Originality/value

This study contributes to the ongoing debate in Germany, focusing on views of cannabis users.

Details

Drugs, Habits and Social Policy, vol. 24 no. 2
Type: Research Article
ISSN: 2752-6739

Keywords

Article
Publication date: 30 November 2012

Monica J. Barratt, Martin Bouchard, Tom Decorte, Vibeke Asmussen Frank, Pekka Hakkarainen, Simon Lenton, Aili Malm, Holly Nguyen and Gary R. Potter

Unlike other plant‐based drugs, cannabis is increasingly grown within the country of consumption, requires minimal processing before consumption, and can be easily grown almost…

532

Abstract

Purpose

Unlike other plant‐based drugs, cannabis is increasingly grown within the country of consumption, requires minimal processing before consumption, and can be easily grown almost anywhere using indoor or outdoor cultivation techniques. Developments in agronomic technologies have led to global growth in domestic cultivation, both by cannabis users for self‐ and social‐supply, and by more commercially‐oriented growers. Cross‐national research is needed to better understand who is involved in domestic cultivation, the diversity in cultivation practices and motivations, and cultivators' interaction with the criminal justice system and cannabis control policies.

Design/methodology/approach

The article introduces the Global Cannabis Cultivation Research Consortium (GCCRC), describes its evolution and aims, and outlines the methodology of its ongoing cross‐national online survey of cannabis cultivation.

Findings

Despite differing national contexts, the GCCRC successfully developed a core questionnaire to be used in different countries. It accommodates varying research interests through the addition of optional survey sections. The benefits to forming an international consortium to conduct web‐based survey research include the sharing of expertise, recruitment efforts and problem‐solving.

Research limitations/implications

The article discusses the limitations of using non‐representative online sampling and the strategies used to increase validity.

Originality/value

The GCCRC is conducting the largest cross‐national study of domestic cannabis cultivation to date. The aim is not only to better understand patterns of cannabis cultivation and how they differ between countries but also to build upon online engagement methodology with hidden populations.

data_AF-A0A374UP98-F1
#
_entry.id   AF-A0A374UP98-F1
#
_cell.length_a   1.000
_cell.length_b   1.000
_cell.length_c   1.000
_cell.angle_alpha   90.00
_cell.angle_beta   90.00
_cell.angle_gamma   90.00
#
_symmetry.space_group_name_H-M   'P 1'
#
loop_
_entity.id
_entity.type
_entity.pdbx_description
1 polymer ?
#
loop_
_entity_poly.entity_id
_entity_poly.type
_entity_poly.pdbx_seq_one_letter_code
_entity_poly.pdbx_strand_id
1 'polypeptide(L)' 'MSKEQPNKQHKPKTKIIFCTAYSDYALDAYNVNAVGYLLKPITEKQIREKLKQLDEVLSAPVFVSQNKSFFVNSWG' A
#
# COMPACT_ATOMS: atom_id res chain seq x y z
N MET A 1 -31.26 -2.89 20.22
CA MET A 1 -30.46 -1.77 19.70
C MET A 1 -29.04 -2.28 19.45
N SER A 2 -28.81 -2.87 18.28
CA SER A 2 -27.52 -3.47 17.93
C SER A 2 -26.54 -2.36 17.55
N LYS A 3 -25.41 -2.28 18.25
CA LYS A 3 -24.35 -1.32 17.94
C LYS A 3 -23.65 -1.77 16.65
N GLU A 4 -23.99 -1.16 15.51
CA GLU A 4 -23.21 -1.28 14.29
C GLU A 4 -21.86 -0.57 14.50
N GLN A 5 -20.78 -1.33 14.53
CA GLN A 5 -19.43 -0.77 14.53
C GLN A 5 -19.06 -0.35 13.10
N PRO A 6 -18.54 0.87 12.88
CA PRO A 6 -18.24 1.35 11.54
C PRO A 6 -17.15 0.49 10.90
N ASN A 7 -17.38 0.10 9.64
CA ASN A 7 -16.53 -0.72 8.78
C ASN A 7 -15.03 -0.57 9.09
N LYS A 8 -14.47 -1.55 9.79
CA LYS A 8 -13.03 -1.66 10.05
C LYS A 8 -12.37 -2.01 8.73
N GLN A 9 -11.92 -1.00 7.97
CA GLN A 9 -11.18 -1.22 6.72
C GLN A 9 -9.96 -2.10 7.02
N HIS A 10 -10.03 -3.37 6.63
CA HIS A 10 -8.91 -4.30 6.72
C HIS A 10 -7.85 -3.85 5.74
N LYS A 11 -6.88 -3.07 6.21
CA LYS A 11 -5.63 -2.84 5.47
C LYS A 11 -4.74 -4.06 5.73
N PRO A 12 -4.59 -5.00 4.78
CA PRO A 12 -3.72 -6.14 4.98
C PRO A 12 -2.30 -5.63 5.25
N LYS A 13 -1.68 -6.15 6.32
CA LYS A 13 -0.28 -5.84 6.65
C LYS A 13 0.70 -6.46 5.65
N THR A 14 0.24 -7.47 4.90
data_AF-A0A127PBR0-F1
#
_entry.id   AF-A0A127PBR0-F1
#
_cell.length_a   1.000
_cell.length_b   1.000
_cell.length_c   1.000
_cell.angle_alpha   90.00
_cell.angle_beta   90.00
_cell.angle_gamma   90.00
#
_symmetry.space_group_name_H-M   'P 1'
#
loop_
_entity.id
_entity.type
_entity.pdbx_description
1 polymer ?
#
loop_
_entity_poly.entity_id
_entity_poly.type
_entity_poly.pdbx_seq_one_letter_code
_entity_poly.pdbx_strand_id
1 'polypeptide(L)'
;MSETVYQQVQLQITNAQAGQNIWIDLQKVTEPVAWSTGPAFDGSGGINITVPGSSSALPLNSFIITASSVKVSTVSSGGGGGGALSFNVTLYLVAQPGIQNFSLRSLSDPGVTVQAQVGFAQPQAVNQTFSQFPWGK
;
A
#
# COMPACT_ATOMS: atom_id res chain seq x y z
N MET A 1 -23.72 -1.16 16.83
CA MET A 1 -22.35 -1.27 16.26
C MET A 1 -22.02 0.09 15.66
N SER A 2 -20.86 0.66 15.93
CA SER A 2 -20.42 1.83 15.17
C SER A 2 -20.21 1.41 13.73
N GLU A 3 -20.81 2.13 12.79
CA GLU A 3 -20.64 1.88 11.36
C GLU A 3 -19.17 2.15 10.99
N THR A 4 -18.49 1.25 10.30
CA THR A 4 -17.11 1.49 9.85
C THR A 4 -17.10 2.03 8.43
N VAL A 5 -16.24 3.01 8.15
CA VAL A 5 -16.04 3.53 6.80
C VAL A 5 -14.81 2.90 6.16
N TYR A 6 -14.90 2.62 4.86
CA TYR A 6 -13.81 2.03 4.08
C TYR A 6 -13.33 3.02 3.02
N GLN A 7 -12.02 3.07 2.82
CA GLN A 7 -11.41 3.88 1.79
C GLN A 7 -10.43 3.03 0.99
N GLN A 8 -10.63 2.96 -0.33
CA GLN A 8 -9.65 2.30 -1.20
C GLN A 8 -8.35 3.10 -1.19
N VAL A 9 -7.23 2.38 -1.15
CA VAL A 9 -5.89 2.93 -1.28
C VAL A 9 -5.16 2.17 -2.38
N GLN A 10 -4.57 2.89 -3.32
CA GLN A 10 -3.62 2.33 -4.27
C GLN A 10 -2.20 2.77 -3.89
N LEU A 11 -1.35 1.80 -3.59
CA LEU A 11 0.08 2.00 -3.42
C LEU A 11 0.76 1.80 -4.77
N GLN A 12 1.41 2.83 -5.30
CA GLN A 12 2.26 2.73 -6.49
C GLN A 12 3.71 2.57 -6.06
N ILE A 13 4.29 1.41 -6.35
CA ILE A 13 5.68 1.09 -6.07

Details

Drugs and Alcohol Today, vol. 12 no. 4
Type: Research Article
ISSN: 1745-9265

Keywords

Article
Publication date: 7 November 2019

Samsul Farid Samsuddin, Hayrol Azril Mohamed Shaffril, Jusang Bolong and Nor Aini Mohamed

The purpose of this paper is to investigate the reading habit and attitude among rural communities in the low literacy rate areas in Malaysia.

1596

Abstract

Purpose

The purpose of this paper is to investigate the reading habit and attitude among rural communities in the low literacy rate areas in Malaysia.

Design/methodology/approach

Multi-stage cluster and simple random sampling were employed and 400 respondents who live nearby the rural library were selected.

Findings

Moderate levels of reading attitude were obtained from the result of the study, in which several variables produced a significant relationship in the reading attitude (education level, household income and time spent in reading).

Practical implications

Better understanding on the reading habit and attitude among rural communities could produce better information on the service provision towards the establishment of rural libraries in low literacy rate areas in Malaysia. This would also increase the utilisation of reading sources and services provided.

Originality/value

The paper provides better understanding on the reading habit and attitude among the rural communities in the low literacy rate areas in using the facilities provided by the rural libraries. The findings may be useful to the rural literacy and library development community in the developing countries.

Details

Library Management, vol. 41 no. 1
Type: Research Article
ISSN: 0143-5124

Keywords